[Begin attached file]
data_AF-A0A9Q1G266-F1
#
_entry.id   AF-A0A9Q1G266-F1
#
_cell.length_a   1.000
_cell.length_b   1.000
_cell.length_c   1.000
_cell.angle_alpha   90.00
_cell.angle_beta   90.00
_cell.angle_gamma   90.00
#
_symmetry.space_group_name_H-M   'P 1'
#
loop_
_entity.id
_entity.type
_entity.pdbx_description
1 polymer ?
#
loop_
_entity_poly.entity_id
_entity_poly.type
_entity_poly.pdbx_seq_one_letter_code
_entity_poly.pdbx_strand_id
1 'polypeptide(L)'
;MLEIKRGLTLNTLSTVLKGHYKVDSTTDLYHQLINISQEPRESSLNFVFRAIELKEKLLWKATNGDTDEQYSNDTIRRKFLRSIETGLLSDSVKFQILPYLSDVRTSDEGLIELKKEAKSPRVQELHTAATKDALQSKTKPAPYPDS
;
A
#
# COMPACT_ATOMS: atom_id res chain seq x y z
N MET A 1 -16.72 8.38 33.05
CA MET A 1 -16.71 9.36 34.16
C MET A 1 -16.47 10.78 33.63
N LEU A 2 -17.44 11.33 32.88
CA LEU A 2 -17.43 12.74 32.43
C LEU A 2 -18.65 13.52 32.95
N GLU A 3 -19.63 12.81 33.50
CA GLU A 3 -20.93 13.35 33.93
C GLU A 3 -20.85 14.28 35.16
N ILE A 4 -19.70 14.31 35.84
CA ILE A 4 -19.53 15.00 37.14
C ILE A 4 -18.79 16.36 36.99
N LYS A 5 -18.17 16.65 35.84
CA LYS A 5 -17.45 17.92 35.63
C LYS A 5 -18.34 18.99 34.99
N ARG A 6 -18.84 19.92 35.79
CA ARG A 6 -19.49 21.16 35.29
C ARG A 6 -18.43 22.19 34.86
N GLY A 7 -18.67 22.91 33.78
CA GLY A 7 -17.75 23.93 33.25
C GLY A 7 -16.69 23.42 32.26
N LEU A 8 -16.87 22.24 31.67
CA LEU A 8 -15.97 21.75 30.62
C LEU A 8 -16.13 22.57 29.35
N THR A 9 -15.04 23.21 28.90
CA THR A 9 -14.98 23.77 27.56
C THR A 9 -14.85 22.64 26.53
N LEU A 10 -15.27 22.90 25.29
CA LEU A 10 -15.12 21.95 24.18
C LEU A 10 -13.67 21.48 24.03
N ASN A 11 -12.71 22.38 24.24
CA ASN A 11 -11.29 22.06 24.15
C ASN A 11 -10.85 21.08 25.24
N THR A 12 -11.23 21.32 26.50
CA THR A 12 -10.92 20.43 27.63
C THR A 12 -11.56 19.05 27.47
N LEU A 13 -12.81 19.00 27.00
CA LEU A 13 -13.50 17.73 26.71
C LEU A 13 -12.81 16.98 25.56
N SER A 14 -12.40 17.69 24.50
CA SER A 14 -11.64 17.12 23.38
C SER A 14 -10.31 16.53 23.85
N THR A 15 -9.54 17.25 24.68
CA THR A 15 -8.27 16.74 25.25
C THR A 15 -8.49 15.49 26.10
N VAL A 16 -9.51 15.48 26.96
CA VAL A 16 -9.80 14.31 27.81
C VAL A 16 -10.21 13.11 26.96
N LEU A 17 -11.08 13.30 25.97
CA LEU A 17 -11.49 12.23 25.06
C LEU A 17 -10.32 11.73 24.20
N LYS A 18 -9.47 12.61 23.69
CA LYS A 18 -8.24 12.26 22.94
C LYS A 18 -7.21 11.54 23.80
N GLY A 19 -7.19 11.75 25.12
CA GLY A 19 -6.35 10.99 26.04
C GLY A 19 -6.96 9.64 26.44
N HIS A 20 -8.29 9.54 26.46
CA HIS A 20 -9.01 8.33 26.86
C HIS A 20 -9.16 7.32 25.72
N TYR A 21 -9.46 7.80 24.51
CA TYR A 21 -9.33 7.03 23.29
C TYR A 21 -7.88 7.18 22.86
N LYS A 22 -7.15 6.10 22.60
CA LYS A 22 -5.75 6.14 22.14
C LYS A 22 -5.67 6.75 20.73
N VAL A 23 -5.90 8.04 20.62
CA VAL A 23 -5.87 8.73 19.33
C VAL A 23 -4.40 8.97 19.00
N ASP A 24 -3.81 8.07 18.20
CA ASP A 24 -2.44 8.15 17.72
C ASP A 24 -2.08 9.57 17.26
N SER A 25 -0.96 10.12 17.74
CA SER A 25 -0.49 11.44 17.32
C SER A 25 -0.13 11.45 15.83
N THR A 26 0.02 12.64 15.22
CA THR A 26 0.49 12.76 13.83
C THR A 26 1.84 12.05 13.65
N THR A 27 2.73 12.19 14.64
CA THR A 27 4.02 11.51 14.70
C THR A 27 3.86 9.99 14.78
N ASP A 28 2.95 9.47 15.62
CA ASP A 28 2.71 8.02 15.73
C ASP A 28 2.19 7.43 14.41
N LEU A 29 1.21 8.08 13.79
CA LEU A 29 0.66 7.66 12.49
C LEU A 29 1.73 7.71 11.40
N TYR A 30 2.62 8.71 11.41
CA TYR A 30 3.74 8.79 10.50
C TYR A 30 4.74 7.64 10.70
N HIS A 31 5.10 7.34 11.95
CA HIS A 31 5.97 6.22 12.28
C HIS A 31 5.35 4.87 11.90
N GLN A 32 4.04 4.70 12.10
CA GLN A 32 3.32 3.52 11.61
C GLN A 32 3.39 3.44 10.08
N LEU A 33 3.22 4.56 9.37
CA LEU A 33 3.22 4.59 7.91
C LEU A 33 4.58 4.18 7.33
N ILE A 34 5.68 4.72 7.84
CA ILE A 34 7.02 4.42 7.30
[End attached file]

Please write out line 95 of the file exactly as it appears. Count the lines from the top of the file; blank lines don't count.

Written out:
CA LYS A 22 -5.75 6.14 22.14